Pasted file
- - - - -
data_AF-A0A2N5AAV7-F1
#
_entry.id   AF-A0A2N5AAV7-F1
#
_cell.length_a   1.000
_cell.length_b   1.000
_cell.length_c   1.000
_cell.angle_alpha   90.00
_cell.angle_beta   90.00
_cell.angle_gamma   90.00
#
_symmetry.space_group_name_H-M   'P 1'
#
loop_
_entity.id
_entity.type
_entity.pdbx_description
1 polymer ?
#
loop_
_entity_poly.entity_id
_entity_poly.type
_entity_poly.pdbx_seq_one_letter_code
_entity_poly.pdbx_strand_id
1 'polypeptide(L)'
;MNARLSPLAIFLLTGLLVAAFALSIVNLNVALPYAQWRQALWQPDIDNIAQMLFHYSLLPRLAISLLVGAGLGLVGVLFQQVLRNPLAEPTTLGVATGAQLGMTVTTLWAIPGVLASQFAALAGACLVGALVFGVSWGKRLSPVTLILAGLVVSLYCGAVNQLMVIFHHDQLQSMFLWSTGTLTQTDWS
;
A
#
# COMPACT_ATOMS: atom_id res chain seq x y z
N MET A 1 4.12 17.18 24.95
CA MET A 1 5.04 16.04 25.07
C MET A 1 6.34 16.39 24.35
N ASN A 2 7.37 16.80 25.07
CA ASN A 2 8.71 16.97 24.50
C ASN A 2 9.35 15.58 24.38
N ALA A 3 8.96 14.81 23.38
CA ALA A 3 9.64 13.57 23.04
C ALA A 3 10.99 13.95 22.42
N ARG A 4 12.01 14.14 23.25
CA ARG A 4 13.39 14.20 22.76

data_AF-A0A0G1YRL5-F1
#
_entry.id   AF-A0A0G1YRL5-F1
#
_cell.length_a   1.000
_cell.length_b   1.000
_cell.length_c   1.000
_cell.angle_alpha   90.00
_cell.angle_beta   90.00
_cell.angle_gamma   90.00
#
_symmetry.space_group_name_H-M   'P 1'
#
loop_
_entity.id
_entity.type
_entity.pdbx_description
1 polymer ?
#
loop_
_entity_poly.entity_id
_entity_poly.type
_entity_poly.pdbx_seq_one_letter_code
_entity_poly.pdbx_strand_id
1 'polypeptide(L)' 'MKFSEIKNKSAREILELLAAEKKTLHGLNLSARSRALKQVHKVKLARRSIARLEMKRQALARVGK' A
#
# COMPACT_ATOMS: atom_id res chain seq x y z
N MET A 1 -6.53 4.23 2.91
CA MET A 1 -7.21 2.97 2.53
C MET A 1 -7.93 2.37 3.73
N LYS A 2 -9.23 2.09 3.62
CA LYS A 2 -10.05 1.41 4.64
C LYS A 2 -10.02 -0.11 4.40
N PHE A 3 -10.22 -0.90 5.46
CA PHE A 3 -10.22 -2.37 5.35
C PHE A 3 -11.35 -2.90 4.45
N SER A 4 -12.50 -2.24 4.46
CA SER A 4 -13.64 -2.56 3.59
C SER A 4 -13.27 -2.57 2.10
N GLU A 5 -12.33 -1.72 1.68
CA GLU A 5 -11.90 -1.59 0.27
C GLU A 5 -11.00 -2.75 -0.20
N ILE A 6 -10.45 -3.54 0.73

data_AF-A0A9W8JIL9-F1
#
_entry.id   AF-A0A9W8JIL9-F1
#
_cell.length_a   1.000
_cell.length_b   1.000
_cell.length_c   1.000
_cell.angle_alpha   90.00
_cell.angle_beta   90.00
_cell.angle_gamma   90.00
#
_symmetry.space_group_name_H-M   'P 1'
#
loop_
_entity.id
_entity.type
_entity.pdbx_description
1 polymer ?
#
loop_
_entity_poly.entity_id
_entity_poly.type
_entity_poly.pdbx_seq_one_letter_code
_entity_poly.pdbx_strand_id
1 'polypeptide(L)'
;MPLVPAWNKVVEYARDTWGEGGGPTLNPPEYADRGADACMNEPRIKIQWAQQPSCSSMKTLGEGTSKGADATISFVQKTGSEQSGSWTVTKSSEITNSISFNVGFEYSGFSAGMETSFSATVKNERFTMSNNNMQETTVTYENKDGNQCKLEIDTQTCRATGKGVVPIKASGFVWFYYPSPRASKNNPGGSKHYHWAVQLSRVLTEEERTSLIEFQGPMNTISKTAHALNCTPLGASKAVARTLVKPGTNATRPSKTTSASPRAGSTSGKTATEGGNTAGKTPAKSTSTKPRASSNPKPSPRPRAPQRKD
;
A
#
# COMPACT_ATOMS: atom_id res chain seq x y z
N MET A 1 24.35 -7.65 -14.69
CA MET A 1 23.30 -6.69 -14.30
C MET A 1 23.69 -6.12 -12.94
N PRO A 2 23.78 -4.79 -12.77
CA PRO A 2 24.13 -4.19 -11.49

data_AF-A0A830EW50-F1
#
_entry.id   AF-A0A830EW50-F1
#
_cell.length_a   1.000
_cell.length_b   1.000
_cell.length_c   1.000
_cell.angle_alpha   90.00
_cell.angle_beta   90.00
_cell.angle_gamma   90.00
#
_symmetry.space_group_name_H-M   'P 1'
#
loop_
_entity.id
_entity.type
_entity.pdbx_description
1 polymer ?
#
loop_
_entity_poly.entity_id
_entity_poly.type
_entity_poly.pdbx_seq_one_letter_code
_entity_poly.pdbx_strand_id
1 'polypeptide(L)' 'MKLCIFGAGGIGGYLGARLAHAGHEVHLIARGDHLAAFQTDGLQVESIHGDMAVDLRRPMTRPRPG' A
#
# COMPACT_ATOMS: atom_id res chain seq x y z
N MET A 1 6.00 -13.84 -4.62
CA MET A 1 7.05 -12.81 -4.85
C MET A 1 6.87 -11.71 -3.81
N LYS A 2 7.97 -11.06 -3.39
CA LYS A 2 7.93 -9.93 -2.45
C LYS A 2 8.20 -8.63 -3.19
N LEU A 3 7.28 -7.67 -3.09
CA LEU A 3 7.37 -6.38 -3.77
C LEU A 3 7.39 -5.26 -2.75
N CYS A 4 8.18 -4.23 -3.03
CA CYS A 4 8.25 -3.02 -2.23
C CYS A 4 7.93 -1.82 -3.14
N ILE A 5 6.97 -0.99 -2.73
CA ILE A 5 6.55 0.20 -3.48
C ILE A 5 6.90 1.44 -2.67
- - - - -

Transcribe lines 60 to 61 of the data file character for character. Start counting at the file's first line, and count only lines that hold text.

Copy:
#
loop_